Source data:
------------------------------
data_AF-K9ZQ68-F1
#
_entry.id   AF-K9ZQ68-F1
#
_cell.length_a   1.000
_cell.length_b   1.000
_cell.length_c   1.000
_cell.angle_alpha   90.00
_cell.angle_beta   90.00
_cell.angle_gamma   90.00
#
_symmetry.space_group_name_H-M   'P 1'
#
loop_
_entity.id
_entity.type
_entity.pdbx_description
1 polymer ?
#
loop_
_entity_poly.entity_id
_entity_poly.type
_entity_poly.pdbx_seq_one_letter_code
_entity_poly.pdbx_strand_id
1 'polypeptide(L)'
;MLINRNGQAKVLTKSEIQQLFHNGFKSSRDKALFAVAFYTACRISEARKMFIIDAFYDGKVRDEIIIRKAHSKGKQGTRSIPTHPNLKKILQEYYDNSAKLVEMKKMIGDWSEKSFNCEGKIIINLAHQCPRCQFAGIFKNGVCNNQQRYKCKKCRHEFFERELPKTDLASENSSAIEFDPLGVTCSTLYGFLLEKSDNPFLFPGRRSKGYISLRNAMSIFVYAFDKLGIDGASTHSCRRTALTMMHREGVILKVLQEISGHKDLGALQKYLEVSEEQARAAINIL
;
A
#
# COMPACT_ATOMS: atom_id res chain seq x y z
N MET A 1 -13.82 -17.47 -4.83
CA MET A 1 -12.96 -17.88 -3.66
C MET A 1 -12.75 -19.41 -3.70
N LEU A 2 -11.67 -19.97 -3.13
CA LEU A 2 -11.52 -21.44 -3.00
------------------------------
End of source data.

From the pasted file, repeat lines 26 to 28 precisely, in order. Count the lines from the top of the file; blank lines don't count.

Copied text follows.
;MLINRNGQAKVLTKSEIQQLFHNGFKSSRDKALFAVAFYTACRISEARKMFIIDAFYDGKVRDEIIIRKAHSKGKQGTRSIPTHPNLKKILQEYYDNSAKLVEMKKMIGDWSEKSFNCEGKIIINLAHQCPRCQFAGIFKNGVCNNQQRYKCKKCRHEFFERELPKTDLASENSSAIEFDPLGVTCSTLYGFLLEKSDNPFLFPGRRSKGYISLRNAMSIFVYAFDKLGIDGASTHSCRRTALTMMHREGVILKVLQEISGHKDLGALQKYLEVSEEQARAAINIL
;
A